417 U.S. 21 (1974), 72-1660, Blackledge v. Perry
|Docket Nº:||No. 72-1660|
|Citation:||417 U.S. 21, 94 S.Ct. 2098, 40 L.Ed.2d 628|
|Party Name:||Blackledge v. Perry|
|Case Date:||May 20, 1974|
|Court:||United States Supreme Court|
Argued February 19, 1974
CERTIORARI TO THE UNITED STATES COURT OF APPEALS
FOR THE FOURTH CIRCUIT
Respondent, a North Carolina prison inmate, had an altercation with another prisoner, and was charged with the misdemeanor of assault with a deadly weapon, of which he was convicted in the State District Court. While respondent's subsequent appeal was pending in the Superior Court, where he had the right to a trial de novo, the prosecutor obtained an indictment covering the same conduct for the felony offense of assault with a deadly weapon with intent to kill and inflict serious bodily injury, to which respondent pleaded guilty. Thereafter, respondent applied for a writ of habeas corpus in Federal District Court, claiming, inter alia, that the felony indictment deprived him of due process. The District Court granted the writ, and the Court of Appeals affirmed.
1. The indictment on the felony charge contravened the Due Process Clause of the Fourteenth Amendment, since a person convicted of a misdemeanor in North Carolina is entitled to pursue his right under state law to a trial de novo without apprehension that the State will retaliate by substituting a more serious charge for the original one and thus subject him to a significantly increased potential period of incarceration. Cf. North Carolina v. Pearce, 395 U.S. 711. Pp. 24-29.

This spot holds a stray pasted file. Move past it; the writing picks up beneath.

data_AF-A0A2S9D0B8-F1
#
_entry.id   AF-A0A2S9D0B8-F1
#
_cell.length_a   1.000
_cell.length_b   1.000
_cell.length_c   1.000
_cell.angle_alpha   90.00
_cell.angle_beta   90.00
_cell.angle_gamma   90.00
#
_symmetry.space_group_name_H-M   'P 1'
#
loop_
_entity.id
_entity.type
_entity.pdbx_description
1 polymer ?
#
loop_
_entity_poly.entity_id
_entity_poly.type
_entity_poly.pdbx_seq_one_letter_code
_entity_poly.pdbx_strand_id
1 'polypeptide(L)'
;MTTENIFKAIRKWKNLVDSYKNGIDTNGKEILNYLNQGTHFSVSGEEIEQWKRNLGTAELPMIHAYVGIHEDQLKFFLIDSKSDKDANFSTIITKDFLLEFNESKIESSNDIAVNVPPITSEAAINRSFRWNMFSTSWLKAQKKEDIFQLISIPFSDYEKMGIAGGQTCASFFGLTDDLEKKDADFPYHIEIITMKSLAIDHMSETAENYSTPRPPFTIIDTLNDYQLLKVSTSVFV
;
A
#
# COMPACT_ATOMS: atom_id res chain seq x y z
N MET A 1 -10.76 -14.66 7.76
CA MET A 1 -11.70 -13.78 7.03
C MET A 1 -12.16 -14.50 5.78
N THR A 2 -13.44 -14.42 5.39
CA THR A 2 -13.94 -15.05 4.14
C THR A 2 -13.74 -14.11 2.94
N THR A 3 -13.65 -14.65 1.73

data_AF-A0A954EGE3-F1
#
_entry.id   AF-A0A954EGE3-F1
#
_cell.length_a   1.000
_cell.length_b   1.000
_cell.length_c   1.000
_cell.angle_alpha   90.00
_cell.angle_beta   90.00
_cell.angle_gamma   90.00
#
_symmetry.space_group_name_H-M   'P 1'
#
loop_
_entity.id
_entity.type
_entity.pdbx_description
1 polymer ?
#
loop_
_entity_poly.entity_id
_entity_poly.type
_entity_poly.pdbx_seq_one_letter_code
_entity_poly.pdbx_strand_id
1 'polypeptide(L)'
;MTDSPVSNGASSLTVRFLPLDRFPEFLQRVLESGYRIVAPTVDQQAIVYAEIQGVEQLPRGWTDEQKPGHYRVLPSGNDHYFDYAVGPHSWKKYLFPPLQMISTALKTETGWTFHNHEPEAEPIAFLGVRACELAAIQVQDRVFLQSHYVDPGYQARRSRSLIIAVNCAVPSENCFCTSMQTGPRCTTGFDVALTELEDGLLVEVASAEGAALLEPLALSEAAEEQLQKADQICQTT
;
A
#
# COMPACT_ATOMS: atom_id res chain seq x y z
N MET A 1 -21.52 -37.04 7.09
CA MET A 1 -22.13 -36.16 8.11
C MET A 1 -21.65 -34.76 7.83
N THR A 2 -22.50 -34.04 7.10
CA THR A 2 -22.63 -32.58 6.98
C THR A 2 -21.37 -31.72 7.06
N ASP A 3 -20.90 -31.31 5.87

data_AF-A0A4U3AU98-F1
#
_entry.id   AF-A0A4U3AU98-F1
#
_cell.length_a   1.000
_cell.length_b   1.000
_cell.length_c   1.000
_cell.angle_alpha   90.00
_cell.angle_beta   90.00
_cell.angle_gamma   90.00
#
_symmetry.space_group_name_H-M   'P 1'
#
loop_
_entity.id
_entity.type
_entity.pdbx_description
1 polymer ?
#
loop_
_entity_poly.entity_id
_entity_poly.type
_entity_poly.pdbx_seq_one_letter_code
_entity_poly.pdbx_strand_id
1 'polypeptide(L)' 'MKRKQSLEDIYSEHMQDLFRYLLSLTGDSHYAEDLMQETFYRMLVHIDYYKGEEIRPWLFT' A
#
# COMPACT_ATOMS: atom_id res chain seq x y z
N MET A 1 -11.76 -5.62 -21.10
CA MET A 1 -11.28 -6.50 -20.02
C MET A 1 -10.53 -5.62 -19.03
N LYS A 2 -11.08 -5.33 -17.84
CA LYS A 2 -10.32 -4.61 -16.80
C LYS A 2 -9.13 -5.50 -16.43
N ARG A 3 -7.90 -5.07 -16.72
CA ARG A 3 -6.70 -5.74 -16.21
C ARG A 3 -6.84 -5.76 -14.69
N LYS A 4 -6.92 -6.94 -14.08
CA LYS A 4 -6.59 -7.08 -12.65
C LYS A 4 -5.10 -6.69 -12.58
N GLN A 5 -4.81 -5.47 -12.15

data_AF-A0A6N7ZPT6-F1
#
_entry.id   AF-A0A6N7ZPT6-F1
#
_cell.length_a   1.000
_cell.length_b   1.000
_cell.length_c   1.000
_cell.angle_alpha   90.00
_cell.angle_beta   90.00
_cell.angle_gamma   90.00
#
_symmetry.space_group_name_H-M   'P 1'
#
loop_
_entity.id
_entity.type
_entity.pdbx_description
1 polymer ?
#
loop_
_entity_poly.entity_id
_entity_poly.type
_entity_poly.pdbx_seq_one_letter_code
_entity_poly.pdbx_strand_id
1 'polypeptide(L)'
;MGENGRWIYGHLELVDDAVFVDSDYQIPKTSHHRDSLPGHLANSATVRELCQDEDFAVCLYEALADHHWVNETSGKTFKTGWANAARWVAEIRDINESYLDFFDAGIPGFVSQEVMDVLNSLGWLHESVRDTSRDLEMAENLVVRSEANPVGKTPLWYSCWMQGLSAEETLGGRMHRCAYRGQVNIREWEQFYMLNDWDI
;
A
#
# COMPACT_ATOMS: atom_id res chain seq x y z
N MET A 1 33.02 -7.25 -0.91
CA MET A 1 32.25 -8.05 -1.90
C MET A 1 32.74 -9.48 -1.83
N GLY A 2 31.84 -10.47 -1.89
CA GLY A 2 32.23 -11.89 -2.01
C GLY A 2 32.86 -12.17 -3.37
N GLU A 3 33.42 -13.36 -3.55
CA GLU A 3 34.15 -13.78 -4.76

2. Since North Carolina, having chosen originally to proceed against respondent on the misdemeanor charge in the State District Court, was precluded by the Due Process Clause from even prosecuting respondent for the more serious charge in the Superior Court, respondent's guilty plea to the felony charge did not bar him from raising his constitutional claim in the federal habeas corpus proceeding. Tollett v. Henderson, 411 U.S. 258, distinguished. Pp. 29-31.